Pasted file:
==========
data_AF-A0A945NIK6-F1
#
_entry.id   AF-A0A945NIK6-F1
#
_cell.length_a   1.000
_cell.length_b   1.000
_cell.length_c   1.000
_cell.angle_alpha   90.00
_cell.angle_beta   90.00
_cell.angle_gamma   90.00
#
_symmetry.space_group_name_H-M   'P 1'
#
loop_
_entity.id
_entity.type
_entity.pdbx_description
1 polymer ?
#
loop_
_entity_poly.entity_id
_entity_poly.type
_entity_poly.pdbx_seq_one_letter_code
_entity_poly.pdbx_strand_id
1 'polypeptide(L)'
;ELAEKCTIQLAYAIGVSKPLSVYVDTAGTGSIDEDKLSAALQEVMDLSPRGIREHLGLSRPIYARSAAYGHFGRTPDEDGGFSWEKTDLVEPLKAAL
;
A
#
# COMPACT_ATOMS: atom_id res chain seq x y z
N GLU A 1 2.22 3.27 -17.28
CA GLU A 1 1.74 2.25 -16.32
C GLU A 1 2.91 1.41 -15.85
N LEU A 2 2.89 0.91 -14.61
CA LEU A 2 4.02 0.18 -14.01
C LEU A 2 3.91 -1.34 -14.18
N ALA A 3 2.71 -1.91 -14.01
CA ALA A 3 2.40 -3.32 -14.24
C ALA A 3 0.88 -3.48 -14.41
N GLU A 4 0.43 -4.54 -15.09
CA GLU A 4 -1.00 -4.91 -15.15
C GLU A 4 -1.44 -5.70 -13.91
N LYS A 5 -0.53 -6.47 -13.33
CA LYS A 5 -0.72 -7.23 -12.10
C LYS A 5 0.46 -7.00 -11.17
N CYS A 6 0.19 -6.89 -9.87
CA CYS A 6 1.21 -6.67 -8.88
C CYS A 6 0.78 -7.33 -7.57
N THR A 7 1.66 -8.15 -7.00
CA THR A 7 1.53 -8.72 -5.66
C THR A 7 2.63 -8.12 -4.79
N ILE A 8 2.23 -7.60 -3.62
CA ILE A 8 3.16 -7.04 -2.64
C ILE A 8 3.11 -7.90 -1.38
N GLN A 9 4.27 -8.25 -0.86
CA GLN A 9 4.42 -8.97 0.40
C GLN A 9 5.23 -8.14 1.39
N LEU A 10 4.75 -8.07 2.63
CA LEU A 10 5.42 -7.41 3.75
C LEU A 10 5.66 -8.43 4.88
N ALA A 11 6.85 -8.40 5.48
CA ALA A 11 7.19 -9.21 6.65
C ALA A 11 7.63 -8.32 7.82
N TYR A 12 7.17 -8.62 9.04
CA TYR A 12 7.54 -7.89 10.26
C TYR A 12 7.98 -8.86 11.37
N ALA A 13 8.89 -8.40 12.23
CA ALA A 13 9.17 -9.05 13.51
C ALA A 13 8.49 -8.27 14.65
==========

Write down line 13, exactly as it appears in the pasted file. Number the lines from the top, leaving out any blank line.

#